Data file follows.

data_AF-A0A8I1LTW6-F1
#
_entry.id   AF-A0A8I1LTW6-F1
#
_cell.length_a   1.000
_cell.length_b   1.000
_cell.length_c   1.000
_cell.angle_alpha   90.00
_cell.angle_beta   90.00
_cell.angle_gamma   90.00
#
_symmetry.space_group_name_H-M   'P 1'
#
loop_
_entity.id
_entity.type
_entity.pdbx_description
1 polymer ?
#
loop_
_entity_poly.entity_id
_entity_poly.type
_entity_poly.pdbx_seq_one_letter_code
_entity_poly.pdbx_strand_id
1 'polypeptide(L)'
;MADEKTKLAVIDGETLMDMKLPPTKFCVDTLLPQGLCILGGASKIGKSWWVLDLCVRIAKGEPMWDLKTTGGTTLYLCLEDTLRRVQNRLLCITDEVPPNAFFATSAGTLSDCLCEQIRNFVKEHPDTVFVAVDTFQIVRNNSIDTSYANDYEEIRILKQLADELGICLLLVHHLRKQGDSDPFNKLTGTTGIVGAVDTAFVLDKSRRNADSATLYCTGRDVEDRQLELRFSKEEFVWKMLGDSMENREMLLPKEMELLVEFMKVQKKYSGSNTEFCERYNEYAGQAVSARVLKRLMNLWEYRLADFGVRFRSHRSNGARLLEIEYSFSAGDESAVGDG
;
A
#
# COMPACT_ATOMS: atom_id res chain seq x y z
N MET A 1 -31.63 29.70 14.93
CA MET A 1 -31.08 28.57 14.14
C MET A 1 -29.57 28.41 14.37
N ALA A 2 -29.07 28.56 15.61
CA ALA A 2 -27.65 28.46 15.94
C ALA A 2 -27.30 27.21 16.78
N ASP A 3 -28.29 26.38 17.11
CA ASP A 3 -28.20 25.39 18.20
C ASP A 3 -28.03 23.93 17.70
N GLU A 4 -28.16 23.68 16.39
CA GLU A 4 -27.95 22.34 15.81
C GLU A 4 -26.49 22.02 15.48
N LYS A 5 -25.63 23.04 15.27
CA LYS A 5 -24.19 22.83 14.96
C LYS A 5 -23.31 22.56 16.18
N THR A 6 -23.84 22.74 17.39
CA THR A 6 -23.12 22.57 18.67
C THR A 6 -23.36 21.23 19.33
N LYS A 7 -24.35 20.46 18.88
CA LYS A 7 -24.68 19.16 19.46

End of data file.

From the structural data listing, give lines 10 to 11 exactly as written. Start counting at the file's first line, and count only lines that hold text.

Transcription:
_cell.angle_gamma   90.00
#